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Quote:
Originally Posted by refulgentis View Post
If you follow even the most basic tenet of GTD (next actions), The Hit List is relatively useless because it can't make this distinction for you.
Sorry, that depends on how you use it. I see it this way:

It is not on the system to tell you what the next action is, that should be entirely your decision. The system needs to display/filter the available tasks depending on context in order to help you decide what the next action will be, and to not overwhelm you with flood of actions. You decide then what to do depending on time/energy/priority... I find the THL's tasklist representation in that far more GTD compatible than OF's.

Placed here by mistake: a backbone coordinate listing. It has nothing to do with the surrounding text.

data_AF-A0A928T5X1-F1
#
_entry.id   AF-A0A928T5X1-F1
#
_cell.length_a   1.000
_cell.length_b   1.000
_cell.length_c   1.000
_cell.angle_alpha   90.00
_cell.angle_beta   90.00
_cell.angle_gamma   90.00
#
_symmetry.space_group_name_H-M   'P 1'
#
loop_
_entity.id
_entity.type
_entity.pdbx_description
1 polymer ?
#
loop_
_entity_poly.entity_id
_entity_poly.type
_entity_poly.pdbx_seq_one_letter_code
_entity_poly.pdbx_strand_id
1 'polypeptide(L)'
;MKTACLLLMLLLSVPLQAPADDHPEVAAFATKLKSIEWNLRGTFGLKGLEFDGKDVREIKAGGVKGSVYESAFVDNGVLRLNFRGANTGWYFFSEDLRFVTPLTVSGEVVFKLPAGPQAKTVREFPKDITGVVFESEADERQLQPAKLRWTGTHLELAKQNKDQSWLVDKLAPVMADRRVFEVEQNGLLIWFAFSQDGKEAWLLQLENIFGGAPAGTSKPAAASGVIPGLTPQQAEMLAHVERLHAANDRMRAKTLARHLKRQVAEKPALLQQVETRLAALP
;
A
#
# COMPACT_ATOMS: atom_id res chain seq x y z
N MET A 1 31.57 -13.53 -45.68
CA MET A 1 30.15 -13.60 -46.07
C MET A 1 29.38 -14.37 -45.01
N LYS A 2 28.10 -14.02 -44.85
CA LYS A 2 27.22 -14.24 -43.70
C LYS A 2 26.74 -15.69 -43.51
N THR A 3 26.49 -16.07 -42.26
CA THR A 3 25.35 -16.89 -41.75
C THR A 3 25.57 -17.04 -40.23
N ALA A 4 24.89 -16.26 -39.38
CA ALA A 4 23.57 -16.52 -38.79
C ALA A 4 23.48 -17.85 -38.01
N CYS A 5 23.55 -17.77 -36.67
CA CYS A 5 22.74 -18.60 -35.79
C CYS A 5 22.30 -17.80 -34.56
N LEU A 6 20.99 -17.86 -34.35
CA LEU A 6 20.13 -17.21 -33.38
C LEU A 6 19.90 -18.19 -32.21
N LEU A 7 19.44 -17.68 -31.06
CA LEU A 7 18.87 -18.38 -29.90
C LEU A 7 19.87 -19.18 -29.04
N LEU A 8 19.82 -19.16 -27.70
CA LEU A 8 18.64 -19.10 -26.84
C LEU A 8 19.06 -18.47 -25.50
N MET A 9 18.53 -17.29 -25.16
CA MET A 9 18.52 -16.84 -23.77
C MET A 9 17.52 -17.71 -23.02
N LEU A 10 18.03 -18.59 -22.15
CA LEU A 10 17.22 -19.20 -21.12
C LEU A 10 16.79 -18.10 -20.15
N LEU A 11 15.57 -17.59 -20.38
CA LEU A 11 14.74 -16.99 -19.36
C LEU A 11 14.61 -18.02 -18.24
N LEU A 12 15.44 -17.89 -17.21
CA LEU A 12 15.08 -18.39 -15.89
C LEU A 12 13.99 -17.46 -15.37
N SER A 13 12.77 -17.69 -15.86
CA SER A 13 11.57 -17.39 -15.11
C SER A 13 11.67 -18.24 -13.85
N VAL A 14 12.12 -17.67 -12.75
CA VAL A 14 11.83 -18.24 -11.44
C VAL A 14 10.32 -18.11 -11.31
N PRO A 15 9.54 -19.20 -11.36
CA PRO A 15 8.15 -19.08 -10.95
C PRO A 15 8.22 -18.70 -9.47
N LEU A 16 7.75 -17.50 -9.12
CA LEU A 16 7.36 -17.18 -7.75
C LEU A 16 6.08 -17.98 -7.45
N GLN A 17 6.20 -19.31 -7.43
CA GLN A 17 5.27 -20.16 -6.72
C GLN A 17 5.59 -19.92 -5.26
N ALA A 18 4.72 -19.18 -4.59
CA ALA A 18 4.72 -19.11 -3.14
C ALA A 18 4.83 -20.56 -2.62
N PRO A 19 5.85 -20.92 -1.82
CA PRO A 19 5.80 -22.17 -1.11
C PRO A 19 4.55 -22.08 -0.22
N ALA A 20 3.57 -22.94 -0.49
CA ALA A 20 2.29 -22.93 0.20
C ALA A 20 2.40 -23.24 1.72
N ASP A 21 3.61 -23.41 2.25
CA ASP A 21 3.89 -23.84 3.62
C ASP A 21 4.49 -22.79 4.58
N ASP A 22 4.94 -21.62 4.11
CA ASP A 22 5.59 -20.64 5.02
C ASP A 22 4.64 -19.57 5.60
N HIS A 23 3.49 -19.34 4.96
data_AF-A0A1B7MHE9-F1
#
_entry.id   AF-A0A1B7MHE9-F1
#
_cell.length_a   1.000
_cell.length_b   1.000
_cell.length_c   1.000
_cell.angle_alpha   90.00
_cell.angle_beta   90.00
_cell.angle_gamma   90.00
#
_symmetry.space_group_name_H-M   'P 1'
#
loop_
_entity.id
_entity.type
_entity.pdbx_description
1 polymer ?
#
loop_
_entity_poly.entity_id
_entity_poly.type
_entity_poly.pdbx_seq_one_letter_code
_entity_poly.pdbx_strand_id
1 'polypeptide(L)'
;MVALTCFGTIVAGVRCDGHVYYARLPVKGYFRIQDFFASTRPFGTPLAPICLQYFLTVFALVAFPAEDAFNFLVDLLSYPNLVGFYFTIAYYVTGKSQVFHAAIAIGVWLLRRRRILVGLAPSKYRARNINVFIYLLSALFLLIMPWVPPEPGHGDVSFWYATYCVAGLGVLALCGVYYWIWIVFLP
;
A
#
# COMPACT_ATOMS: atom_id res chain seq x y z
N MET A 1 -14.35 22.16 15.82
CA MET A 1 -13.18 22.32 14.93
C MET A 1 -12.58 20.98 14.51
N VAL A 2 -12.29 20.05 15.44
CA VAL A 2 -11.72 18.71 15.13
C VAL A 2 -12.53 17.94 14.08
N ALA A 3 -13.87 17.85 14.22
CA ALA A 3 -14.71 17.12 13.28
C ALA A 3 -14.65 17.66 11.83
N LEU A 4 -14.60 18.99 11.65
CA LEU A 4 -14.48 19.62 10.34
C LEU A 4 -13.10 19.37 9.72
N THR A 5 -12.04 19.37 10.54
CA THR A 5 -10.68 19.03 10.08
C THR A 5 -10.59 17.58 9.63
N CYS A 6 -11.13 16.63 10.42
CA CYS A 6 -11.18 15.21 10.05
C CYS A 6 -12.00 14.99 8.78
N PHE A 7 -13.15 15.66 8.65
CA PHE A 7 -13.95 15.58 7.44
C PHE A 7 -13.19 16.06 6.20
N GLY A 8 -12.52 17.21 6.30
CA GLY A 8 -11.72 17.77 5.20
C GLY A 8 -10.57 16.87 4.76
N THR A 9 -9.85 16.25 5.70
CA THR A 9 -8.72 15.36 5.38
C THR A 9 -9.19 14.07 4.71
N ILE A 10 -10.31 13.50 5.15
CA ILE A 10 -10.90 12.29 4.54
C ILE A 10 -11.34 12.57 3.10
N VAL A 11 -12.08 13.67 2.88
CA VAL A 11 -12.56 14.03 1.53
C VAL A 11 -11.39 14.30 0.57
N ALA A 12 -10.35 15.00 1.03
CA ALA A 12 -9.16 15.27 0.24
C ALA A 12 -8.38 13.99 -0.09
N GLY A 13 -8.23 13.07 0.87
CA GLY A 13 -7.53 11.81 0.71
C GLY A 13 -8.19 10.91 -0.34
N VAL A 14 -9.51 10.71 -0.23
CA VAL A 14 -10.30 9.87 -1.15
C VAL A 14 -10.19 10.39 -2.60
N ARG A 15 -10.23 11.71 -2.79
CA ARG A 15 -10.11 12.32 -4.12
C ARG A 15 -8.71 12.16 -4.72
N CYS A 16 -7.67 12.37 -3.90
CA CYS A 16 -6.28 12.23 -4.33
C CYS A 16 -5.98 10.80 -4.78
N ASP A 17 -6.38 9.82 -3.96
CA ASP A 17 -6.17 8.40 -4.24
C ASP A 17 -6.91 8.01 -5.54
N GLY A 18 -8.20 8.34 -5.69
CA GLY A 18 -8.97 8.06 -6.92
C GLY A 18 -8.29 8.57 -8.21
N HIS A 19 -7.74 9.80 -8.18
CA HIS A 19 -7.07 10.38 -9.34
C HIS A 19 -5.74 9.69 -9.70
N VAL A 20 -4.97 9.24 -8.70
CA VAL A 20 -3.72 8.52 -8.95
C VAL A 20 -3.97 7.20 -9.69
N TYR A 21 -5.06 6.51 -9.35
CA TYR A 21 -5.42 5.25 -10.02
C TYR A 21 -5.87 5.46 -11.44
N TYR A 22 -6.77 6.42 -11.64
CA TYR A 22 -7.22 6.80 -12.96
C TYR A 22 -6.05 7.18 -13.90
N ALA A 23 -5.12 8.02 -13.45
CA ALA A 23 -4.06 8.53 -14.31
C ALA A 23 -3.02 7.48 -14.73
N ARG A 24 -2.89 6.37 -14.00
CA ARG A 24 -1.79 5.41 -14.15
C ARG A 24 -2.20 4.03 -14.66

Also, one of the OF's more serious problems is the typography choice. The lists are far less readable than the lists in THL, and when you have many actions and projects that becomes really important thing.

I have read GTD book more then a few times now, and managed to set up pretty strict system based on it. It has been built in OF, but it works even better for me in THL.
 
I've just moved every single action of mine over to THL to see how it fares. Here's one good thing that's come from having @context and /tags - the ability to differentiate between locations, people and states of mind

All things physical become contexts like @phone @shopping @computer

People simply become tags with their name /steph /patricia

And also I use tags to denote stuff like /research and /someday - to me this is much nicer than giving them an @context, as the @ symbol, to me anyway, always make me think of physical locations and things and I have NEVER been happy putting people and concepts into the @context idea.